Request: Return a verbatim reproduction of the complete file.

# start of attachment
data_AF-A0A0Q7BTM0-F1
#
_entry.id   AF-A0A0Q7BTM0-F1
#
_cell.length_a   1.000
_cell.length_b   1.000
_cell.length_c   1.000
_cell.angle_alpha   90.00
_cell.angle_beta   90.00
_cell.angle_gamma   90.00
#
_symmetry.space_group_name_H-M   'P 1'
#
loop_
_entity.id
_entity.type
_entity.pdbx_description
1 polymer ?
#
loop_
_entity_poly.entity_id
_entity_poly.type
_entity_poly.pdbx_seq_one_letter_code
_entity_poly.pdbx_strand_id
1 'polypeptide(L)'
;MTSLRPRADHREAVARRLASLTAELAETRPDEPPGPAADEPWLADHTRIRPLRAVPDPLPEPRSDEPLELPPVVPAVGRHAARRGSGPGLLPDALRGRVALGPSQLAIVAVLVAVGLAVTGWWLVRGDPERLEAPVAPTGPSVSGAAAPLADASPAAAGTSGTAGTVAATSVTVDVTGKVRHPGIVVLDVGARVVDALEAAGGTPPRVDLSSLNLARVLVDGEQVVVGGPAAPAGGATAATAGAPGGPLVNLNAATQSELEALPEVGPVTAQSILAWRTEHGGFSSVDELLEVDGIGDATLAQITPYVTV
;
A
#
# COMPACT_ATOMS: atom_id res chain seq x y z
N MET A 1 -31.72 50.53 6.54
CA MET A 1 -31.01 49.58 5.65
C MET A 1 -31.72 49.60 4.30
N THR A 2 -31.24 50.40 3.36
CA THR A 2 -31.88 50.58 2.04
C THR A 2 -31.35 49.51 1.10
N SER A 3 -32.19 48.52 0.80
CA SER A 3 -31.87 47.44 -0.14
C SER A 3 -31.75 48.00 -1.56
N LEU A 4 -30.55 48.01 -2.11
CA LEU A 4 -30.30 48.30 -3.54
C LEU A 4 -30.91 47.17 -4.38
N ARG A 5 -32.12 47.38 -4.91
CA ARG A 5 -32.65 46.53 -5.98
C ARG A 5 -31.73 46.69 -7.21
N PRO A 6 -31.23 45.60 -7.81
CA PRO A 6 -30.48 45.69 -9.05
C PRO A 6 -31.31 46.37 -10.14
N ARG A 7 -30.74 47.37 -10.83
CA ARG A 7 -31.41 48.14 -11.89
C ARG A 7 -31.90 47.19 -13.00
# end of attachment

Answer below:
data_AF-A0A0Q7BTM0-F1
#
_entry.id   AF-A0A0Q7BTM0-F1
#
_cell.length_a   1.000
_cell.length_b   1.000
_cell.length_c   1.000
_cell.angle_alpha   90.00
_cell.angle_beta   90.00
_cell.angle_gamma   90.00
#
_symmetry.space_group_name_H-M   'P 1'
#
loop_
_entity.id
_entity.type
_entity.pdbx_description
1 polymer ?
#
loop_
_entity_poly.entity_id
_entity_poly.type
_entity_poly.pdbx_seq_one_letter_code
_entity_poly.pdbx_strand_id
1 'polypeptide(L)'
;MTSLRPRADHREAVARRLASLTAELAETRPDEPPGPAADEPWLADHTRIRPLRAVPDPLPEPRSDEPLELPPVVPAVGRHAARRGSGPGLLPDALRGRVALGPSQLAIVAVLVAVGLAVTGWWLVRGDPERLEAPVAPTGPSVSGAAAPLADASPAAAGTSGTAGTVAATSVTVDVTGKVRHPGIVVLDVGARVVDALEAAGGTPPRVDLSSLNLARVLVDGEQVVVGGPAAPAGGATAATAGAPGGPLVNLNAATQSELEALPEVGPVTAQSILAWRTEHGGFSSVDELLEVDGIGDATLAQITPYVTV
;
A
#
# COMPACT_ATOMS: atom_id res chain seq x y z
N MET A 1 -31.72 50.53 6.54
CA MET A 1 -31.01 49.58 5.65
C MET A 1 -31.72 49.60 4.30
N THR A 2 -31.24 50.40 3.36
CA THR A 2 -31.88 50.58 2.04
C THR A 2 -31.35 49.51 1.10
N SER A 3 -32.19 48.52 0.80
CA SER A 3 -31.87 47.44 -0.14
C SER A 3 -31.75 48.00 -1.56
N LEU A 4 -30.55 48.01 -2.11
CA LEU A 4 -30.30 48.30 -3.54
C LEU A 4 -30.91 47.17 -4.38
N ARG A 5 -32.12 47.38 -4.91
CA ARG A 5 -32.65 46.53 -5.98
C ARG A 5 -31.73 46.69 -7.21
N PRO A 6 -31.23 45.60 -7.81
CA PRO A 6 -30.48 45.69 -9.05
C PRO A 6 -31.31 46.37 -10.14
N ARG A 7 -30.74 47.37 -10.83
CA ARG A 7 -31.41 48.14 -11.89
C ARG A 7 -31.90 47.19 -13.00